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These pusher designs were marketed featuring high cruise efficiency.

No doubt the pusher configurations offered advantages in propulsion efficiency and cabin comfort, but how did this compare to aerodynamic efficiency?

What was the Vbg and glide ratios of the Rutan VariEze and Beechcraft Starship aircraft as compared with, for example, a Beechcraft Model 18 or a Piper Cheyenne?

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Below is the glide distance diagram out of the Varieze POH. enter image description here

As I read this, it looks to be about 10:1 with engine out and a windmilling prop.

The Long EZ is a tad better:

enter image description here

It looks to be about 14:1 with engine out and windmilling prop. In idle it is about 17:1. That works out to be about a 3.2 degree glide slope, only slightly steeper than the standard 3 degrees.

I fly a Long EZ, and I can tell you from experience, one of the hardest things (not that anything is hard, it's a joy to fly), is to control airspeed in the traffic pattern, the airframe just wants to go fast. In idle power, on a normal glide slope, unless you have a stiff headwind, you almost always have to either slip it a bit, deploy the landing brake or fly a lower, shallower final to keep the speed down.

For all canards, this is because, unlike conventional tailed aircraft, where the horizontal stabilizer must be generating a downwards aerodynamic force in order to create the pitch up moment necessary to compensate for the pitch down moment of the lift on the wing, the canard, being at the front of the airframe, is also generating an upwards aerodynamic force to do that. So the total aerodynamic force, (and corresponding trim drag) is less.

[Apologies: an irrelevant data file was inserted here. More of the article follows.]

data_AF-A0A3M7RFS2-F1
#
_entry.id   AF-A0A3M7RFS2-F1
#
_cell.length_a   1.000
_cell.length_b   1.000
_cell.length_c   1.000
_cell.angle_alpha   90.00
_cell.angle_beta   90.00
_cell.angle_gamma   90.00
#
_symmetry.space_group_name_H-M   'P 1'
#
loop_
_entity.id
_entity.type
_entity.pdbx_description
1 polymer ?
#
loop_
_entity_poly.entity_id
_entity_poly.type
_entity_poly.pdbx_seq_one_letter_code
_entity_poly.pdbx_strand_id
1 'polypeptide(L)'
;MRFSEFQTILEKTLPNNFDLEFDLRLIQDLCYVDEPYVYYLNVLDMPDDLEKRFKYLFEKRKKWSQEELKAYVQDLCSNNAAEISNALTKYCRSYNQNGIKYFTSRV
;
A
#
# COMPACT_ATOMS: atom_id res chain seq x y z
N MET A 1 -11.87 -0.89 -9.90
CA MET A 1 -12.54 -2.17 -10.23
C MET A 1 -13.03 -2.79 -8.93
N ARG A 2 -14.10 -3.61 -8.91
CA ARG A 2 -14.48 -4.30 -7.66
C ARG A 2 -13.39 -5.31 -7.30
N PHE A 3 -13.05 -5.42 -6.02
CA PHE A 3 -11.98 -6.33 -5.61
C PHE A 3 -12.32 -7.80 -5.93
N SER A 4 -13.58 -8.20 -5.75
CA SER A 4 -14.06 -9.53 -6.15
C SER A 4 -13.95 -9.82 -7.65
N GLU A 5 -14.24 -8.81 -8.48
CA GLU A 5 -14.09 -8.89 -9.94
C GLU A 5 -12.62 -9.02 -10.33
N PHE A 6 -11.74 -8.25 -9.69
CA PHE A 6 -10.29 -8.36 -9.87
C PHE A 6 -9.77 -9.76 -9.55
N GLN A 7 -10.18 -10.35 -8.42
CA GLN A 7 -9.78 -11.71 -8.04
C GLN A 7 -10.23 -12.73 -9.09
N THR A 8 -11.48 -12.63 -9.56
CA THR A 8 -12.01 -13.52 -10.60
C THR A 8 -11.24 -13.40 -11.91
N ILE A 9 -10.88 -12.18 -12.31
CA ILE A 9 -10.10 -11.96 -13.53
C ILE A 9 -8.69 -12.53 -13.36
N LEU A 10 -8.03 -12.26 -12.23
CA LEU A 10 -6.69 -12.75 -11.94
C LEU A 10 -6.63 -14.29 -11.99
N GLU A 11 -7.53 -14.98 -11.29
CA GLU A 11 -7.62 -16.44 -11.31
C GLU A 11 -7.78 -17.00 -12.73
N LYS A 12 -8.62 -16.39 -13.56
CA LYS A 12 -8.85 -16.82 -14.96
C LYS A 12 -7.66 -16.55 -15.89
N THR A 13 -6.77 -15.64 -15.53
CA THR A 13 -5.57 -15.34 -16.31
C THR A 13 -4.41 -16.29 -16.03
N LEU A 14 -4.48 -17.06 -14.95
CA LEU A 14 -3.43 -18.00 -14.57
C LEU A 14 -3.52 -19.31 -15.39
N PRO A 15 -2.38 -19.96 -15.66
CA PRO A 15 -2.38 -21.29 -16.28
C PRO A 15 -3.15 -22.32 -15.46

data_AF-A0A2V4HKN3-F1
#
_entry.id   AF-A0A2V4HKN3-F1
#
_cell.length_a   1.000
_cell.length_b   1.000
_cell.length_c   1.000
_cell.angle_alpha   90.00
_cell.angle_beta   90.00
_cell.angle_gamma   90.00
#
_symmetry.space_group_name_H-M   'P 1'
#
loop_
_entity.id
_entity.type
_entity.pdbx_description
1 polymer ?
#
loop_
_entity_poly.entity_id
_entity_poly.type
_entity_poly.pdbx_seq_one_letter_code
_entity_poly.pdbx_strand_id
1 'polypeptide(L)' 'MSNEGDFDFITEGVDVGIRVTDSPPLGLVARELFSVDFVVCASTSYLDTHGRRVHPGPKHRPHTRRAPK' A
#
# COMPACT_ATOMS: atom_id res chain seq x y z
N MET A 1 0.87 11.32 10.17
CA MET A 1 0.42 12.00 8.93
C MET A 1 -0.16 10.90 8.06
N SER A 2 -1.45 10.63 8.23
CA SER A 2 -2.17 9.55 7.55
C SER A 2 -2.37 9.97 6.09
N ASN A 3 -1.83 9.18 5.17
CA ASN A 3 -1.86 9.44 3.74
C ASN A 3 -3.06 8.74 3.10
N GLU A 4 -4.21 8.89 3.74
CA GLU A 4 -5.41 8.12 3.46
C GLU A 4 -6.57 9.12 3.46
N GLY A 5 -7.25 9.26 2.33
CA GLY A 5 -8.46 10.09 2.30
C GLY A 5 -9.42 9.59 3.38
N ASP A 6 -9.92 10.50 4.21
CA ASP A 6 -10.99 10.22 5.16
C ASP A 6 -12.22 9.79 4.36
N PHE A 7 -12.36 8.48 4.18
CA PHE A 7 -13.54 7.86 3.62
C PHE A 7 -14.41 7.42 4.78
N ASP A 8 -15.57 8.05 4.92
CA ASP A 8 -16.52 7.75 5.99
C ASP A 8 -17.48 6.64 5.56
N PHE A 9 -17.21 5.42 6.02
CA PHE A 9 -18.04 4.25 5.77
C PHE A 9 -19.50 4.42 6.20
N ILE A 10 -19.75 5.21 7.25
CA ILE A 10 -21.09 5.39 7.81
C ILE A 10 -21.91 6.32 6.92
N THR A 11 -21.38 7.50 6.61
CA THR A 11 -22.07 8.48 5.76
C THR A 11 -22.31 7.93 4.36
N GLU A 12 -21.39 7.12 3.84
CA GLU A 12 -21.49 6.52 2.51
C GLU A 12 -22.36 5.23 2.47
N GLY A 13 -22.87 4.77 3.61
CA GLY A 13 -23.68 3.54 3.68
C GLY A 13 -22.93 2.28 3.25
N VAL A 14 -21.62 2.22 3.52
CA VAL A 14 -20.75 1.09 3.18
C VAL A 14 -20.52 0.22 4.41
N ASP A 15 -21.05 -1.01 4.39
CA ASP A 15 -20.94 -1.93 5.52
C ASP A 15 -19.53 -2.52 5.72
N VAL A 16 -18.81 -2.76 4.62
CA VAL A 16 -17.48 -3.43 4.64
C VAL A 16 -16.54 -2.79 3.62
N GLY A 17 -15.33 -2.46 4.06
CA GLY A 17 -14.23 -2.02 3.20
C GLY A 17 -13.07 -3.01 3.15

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  • $\begingroup$ Good data to start. Improvements with the gear up Long, and where these really shine is in cruise. Yes, I think I would use that speed brake and come in a little steeper. Need info on the Starship, these first 2 are holding their own. $\endgroup$ Commented Dec 2, 2022 at 19:57
  • $\begingroup$ @Robert, Exactly! In case of engine failure on final! Nice to be able to just raise the speed brake and have extra glide distance available. Also, for need to go-around. In T-37's in UPT, we used speed brakes on final so we could carry higher rpm for go-arounds because of long spool-up time required on centrifugal flow turbojets. And sorry, don't know about Starship... $\endgroup$ Commented Dec 2, 2022 at 22:00
  • $\begingroup$ I fly gliders, but not a LongEZ. However, I believe the reason why the LongEZ is efficient is the same as the glider, and has nothing to do with the canard vs empennage. It is due to the very narrow fuselage profile, attained by having the pilots be practically prone. There's a great site on this, created by someone who was developing a canard homebuilt: apollocanard.com/4_canard%20myths.htm $\endgroup$ Commented Dec 3, 2022 at 14:09
  • $\begingroup$ Well, I guess any and all performance metrics are affected by all airframe characteristics, no single characteristic can be held to be accountable. But given the same other general characteristics, the greater the drag, the worse the glide ratio will be. And an airframe with a canard has lower trim drag than the same airframe would have with a conventional tail. $\endgroup$ Commented Dec 3, 2022 at 14:52
  • $\begingroup$ And, in reading the referenced article, it has some clear obvious mistakes. It mentions, several times, that canards limit AOA, and therefore cannot reach their maximum lift coefficient. This is irelevant. Minimum drag (L/Dmax), occurs at significantly lower AOA than at the maximum or stall AOA. $\endgroup$ Commented Dec 3, 2022 at 14:57

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